36 hours ago
Let's assume an application in Ubuntu is compromised.
Since, by default, downloaded applications do not have root privileges, no major damage can occur. The worst a malicious hacker can possibly do is mess with non-system related files or folders, right?
However, can the non-privileged compromised application open other applications or programs within Ubuntu? For example, the Software Centre or the Terminal
Yes, any process running with the privileges of one user is allowed do anything that user is allowed to do herself.
As you correctly state, this is less of a problem, if that user doesn't have super-user privileges, which would allow him and any of her processes to modify the system configuration. Installing system-wide packages through a front-end like Software Center still requires super-user privileges.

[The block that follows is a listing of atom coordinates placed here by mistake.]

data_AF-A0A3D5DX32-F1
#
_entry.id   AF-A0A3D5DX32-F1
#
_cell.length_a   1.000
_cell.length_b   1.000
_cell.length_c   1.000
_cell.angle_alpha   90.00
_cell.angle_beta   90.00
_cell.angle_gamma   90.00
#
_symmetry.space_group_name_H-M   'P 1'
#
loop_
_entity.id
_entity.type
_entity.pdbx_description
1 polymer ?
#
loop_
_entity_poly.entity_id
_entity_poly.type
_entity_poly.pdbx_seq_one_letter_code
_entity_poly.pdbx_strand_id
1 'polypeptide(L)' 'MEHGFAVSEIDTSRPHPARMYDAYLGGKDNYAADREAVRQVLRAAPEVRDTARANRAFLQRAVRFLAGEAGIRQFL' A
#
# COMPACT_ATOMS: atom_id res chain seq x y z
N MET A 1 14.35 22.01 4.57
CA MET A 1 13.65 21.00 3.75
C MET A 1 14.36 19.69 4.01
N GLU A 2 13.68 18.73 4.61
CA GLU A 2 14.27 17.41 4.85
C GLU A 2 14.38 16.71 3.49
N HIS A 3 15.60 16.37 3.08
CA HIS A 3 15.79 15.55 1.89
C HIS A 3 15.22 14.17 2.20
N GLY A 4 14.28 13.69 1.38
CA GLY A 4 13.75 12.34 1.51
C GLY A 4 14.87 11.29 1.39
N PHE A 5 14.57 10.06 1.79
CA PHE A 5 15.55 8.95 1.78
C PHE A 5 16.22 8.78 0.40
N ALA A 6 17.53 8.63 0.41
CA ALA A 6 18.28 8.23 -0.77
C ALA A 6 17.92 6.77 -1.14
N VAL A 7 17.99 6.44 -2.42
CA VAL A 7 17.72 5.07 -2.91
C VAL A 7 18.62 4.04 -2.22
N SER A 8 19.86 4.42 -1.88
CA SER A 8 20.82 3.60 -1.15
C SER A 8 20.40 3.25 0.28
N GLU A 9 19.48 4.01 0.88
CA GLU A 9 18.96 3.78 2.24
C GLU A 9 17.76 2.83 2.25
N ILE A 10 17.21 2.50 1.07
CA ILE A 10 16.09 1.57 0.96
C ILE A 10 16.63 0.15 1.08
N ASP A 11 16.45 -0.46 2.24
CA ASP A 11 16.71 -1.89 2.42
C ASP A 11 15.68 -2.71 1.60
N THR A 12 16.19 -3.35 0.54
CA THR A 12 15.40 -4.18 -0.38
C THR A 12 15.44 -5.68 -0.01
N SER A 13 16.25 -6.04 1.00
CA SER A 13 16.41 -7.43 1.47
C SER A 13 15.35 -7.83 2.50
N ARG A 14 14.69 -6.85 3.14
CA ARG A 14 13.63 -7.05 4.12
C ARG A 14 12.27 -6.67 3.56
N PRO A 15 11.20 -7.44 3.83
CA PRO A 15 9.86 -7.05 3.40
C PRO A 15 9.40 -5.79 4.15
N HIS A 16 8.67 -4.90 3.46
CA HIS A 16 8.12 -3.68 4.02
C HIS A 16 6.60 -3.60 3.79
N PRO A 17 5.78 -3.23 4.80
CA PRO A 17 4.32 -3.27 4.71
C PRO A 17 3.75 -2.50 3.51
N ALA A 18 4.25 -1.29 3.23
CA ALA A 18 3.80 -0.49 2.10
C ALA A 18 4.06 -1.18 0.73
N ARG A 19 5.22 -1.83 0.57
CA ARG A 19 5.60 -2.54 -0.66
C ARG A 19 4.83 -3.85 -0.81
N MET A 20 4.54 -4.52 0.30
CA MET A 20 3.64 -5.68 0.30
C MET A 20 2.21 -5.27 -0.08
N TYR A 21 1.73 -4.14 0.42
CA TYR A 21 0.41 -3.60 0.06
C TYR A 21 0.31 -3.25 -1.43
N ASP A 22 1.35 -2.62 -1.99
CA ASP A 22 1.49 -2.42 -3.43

For that reason, one should carefully choose which programs to run at elevated privileges.
29 hours ago
a lot of security holes allow "arbitrary code" and many applications, firefox for example, or vim, allow you to start external programs or a shell or other code. Once a malicious user gets a shell they can do damage without root access or they can try to escalate privileges.
This is where one would use something such as apparmor or selinux to prevent further damage.